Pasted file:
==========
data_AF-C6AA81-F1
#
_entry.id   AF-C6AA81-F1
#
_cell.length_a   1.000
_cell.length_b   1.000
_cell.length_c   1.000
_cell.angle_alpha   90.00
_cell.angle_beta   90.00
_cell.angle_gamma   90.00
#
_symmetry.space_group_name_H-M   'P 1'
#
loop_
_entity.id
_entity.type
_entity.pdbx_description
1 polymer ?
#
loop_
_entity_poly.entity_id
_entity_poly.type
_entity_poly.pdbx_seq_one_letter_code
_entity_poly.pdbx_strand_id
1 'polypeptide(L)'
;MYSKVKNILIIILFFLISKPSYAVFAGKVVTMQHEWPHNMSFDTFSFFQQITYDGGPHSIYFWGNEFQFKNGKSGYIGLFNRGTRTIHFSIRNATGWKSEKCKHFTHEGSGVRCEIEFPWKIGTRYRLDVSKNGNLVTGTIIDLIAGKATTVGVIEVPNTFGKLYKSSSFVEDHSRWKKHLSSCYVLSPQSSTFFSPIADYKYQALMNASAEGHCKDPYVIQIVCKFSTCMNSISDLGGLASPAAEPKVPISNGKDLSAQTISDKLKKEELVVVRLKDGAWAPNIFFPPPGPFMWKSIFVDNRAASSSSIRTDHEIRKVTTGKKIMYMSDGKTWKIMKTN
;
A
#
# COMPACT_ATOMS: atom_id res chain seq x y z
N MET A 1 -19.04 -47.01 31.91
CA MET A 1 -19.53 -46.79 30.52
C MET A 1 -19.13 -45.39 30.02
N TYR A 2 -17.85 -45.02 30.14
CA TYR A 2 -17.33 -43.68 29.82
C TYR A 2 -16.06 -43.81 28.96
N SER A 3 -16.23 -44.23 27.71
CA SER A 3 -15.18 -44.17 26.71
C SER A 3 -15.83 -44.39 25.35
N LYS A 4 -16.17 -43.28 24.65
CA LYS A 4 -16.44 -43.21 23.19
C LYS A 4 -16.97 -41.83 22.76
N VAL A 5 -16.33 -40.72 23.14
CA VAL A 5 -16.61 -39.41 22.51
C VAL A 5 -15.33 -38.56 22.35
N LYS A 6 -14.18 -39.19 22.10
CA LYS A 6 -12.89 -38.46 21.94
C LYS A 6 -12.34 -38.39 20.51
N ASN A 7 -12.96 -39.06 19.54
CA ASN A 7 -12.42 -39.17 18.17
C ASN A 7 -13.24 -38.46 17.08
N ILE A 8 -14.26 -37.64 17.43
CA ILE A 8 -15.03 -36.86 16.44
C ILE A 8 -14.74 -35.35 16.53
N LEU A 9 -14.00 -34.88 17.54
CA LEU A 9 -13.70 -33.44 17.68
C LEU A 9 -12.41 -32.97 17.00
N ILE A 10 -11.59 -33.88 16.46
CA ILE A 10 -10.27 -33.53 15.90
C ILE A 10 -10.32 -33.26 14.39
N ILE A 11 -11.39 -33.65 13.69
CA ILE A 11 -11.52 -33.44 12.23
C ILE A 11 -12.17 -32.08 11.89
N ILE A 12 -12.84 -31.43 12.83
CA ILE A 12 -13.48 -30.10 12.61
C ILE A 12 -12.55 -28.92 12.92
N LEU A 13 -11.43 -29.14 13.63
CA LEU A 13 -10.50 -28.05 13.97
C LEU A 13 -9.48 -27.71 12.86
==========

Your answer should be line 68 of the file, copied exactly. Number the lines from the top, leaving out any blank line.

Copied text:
CA LEU A 13 -10.50 -28.05 13.97